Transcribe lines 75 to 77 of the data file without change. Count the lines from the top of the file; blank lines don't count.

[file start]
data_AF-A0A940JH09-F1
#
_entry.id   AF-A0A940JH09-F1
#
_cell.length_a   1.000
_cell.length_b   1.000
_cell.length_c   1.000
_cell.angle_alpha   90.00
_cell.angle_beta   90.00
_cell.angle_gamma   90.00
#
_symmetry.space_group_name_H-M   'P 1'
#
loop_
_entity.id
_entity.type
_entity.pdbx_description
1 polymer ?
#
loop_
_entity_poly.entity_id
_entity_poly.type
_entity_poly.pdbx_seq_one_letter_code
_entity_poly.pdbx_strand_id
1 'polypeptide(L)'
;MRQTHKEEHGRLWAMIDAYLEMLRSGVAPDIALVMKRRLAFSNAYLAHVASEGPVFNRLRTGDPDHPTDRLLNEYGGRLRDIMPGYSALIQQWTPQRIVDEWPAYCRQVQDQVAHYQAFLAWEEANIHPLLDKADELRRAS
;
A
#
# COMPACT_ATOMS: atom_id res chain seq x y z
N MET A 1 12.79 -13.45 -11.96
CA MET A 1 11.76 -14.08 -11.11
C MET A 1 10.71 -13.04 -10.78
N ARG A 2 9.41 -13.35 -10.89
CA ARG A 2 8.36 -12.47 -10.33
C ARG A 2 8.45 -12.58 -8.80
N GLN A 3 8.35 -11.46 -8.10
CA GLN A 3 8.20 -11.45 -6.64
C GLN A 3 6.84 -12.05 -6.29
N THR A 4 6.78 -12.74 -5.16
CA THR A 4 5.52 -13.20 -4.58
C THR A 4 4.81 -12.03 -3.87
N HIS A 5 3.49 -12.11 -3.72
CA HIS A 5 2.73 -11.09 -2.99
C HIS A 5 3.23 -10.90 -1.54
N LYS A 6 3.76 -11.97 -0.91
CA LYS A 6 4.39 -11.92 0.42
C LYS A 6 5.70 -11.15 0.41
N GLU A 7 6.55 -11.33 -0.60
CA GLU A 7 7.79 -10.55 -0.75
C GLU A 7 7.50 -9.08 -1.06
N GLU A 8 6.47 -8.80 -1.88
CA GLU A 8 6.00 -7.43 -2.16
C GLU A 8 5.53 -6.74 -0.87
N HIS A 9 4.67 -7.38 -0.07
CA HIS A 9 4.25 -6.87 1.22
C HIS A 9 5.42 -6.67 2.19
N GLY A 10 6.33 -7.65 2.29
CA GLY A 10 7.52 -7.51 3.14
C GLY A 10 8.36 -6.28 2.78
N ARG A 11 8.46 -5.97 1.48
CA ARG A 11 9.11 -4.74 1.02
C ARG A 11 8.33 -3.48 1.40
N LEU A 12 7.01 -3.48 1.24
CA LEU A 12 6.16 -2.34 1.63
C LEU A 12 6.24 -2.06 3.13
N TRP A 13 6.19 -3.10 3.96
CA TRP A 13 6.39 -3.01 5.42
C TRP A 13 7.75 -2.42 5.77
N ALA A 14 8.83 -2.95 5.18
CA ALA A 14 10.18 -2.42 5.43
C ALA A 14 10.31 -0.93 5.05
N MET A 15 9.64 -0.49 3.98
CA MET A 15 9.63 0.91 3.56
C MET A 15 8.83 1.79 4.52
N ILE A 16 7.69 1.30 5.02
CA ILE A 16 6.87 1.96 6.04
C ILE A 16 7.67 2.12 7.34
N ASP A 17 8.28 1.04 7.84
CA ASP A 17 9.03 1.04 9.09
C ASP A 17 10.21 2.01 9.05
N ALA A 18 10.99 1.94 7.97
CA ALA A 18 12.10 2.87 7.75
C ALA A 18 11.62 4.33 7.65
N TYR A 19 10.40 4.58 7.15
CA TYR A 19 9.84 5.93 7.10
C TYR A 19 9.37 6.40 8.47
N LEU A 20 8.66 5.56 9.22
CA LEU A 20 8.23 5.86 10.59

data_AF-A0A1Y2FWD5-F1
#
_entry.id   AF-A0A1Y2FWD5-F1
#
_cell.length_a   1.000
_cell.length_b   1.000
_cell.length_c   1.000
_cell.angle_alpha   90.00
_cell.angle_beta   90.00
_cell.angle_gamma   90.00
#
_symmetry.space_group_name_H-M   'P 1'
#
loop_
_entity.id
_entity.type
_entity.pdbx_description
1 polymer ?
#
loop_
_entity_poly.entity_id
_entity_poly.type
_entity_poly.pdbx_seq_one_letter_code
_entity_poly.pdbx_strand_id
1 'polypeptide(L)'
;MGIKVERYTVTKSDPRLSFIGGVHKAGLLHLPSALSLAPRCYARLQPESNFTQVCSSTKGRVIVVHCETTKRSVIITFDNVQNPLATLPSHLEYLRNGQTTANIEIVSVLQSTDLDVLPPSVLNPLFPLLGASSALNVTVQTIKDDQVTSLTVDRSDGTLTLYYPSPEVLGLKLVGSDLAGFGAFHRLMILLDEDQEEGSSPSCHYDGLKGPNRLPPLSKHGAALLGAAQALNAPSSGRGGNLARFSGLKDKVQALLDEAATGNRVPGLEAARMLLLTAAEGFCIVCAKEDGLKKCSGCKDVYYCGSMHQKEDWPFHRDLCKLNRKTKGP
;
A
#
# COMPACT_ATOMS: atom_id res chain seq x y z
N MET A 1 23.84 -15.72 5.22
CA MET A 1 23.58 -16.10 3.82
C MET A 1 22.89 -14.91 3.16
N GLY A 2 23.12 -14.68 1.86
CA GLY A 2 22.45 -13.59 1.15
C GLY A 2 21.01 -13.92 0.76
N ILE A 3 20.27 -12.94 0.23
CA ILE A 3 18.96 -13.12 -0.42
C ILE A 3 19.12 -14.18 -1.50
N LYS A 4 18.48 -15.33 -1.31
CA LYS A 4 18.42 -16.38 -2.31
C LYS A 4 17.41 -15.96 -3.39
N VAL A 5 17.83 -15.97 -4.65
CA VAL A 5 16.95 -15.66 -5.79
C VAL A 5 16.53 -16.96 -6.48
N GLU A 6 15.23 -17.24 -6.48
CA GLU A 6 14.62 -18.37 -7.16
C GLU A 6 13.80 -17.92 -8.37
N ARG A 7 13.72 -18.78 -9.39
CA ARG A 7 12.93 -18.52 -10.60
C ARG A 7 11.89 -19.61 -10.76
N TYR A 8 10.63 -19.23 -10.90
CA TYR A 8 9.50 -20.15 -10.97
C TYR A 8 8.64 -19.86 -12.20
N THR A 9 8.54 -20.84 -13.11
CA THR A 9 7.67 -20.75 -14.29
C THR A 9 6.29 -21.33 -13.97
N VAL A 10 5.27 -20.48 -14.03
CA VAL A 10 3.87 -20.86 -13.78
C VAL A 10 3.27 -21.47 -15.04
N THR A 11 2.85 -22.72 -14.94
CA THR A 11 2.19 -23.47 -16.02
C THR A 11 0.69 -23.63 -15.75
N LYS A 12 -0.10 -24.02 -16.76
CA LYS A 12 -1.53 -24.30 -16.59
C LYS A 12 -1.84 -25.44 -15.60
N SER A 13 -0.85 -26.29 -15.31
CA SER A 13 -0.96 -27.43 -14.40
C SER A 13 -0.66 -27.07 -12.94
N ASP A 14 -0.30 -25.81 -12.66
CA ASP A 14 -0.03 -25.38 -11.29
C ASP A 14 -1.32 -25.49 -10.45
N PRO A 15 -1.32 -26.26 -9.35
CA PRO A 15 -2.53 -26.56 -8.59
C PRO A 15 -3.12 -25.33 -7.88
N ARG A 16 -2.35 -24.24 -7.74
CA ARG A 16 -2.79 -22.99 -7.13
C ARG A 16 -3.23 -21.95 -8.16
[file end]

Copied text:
C MET A 15 8.83 1.79 4.52
N ILE A 16 7.69 1.30 5.02
CA ILE A 16 6.87 1.96 6.04